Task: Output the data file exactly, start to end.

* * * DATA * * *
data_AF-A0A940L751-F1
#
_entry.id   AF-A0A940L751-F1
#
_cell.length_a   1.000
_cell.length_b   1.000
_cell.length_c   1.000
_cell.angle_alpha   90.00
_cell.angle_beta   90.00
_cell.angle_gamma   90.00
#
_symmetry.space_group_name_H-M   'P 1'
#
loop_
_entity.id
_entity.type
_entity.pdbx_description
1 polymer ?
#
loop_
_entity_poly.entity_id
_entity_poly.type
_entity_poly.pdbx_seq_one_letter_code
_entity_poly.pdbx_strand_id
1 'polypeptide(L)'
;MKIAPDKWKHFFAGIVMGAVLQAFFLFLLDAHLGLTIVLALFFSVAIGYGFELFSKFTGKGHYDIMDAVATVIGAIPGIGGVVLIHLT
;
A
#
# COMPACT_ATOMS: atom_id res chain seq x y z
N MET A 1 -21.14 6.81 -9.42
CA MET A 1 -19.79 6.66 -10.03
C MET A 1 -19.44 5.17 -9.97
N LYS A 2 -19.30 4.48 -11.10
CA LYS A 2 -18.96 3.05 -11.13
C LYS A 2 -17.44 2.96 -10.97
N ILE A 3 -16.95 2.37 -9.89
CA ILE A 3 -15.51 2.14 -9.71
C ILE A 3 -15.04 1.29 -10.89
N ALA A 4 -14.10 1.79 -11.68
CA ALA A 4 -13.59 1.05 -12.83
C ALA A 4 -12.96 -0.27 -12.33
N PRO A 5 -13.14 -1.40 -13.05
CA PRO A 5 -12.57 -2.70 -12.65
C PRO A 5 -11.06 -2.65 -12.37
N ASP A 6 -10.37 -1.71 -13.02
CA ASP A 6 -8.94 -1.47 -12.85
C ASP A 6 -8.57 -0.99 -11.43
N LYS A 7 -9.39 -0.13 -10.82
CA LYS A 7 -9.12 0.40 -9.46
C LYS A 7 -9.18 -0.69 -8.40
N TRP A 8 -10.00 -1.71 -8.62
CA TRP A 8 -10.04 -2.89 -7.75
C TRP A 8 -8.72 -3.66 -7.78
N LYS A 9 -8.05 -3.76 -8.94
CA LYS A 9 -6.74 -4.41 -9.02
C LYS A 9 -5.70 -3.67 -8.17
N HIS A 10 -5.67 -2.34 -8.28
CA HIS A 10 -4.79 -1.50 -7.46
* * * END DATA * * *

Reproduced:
data_AF-A0A940L751-F1
#
_entry.id   AF-A0A940L751-F1
#
_cell.length_a   1.000
_cell.length_b   1.000
_cell.length_c   1.000
_cell.angle_alpha   90.00
_cell.angle_beta   90.00
_cell.angle_gamma   90.00
#
_symmetry.space_group_name_H-M   'P 1'
#
loop_
_entity.id
_entity.type
_entity.pdbx_description
1 polymer ?
#
loop_
_entity_poly.entity_id
_entity_poly.type
_entity_poly.pdbx_seq_one_letter_code
_entity_poly.pdbx_strand_id
1 'polypeptide(L)'
;MKIAPDKWKHFFAGIVMGAVLQAFFLFLLDAHLGLTIVLALFFSVAIGYGFELFSKFTGKGHYDIMDAVATVIGAIPGIGGVVLIHLT
;
A
#
# COMPACT_ATOMS: atom_id res chain seq x y z
N MET A 1 -21.14 6.81 -9.42
CA MET A 1 -19.79 6.66 -10.03
C MET A 1 -19.44 5.17 -9.97
N LYS A 2 -19.30 4.48 -11.10
CA LYS A 2 -18.96 3.05 -11.13
C LYS A 2 -17.44 2.96 -10.97
N ILE A 3 -16.95 2.37 -9.89
CA ILE A 3 -15.51 2.14 -9.71
C ILE A 3 -15.04 1.29 -10.89
N ALA A 4 -14.10 1.79 -11.68
CA ALA A 4 -13.59 1.05 -12.83
C ALA A 4 -12.96 -0.27 -12.33
N PRO A 5 -13.14 -1.40 -13.05
CA PRO A 5 -12.57 -2.70 -12.65
C PRO A 5 -11.06 -2.65 -12.37
N ASP A 6 -10.37 -1.71 -13.02
CA ASP A 6 -8.94 -1.47 -12.85
C ASP A 6 -8.57 -0.99 -11.43
N LYS A 7 -9.39 -0.13 -10.82
CA LYS A 7 -9.12 0.40 -9.46
C LYS A 7 -9.18 -0.69 -8.40
N TRP A 8 -10.00 -1.71 -8.62
CA TRP A 8 -10.04 -2.89 -7.75
C TRP A 8 -8.72 -3.66 -7.78
N LYS A 9 -8.05 -3.76 -8.94
CA LYS A 9 -6.74 -4.41 -9.02
C LYS A 9 -5.70 -3.67 -8.17
N HIS A 10 -5.67 -2.34 -8.28
CA HIS A 10 -4.79 -1.50 -7.46